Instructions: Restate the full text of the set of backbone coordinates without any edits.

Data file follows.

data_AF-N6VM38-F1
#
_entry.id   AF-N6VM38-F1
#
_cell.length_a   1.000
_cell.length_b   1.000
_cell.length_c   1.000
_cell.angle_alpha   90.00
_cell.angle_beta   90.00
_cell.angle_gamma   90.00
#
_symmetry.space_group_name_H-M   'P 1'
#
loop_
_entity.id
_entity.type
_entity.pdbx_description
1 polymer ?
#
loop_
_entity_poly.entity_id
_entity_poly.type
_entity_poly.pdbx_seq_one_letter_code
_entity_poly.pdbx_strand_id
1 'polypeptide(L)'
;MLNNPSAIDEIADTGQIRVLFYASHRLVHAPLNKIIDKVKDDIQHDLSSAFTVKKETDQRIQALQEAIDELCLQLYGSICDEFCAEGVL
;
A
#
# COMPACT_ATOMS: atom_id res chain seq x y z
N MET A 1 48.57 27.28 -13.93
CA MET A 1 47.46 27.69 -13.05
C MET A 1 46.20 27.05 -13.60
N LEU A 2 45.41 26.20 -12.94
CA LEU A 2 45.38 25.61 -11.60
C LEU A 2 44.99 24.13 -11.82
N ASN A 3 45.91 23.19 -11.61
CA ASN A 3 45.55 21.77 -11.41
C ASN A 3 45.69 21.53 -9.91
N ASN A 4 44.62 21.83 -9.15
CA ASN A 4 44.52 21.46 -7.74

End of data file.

data_AF-N6VM38-F1
#
_entry.id   AF-N6VM38-F1
#
_cell.length_a   1.000
_cell.length_b   1.000
_cell.length_c   1.000
_cell.angle_alpha   90.00
_cell.angle_beta   90.00
_cell.angle_gamma   90.00
#
_symmetry.space_group_name_H-M   'P 1'
#
loop_
_entity.id
_entity.type
_entity.pdbx_description
1 polymer ?
#
loop_
_entity_poly.entity_id
_entity_poly.type
_entity_poly.pdbx_seq_one_letter_code
_entity_poly.pdbx_strand_id
1 'polypeptide(L)'
;MLNNPSAIDEIADTGQIRVLFYASHRLVHAPLNKIIDKVKDDIQHDLSSAFTVKKETDQRIQALQEAIDELCLQLYGSICDEFCAEGVL
;
A
#
# COMPACT_ATOMS: atom_id res chain seq x y z
N MET A 1 48.57 27.28 -13.93
CA MET A 1 47.46 27.69 -13.05
C MET A 1 46.20 27.05 -13.60
N LEU A 2 45.41 26.20 -12.94
CA LEU A 2 45.38 25.61 -11.60
C LEU A 2 44.99 24.13 -11.82
N ASN A 3 45.91 23.19 -11.61
CA ASN A 3 45.55 21.77 -11.41
C ASN A 3 45.69 21.53 -9.91
N ASN A 4 44.62 21.83 -9.15
CA ASN A 4 44.52 21.46 -7.74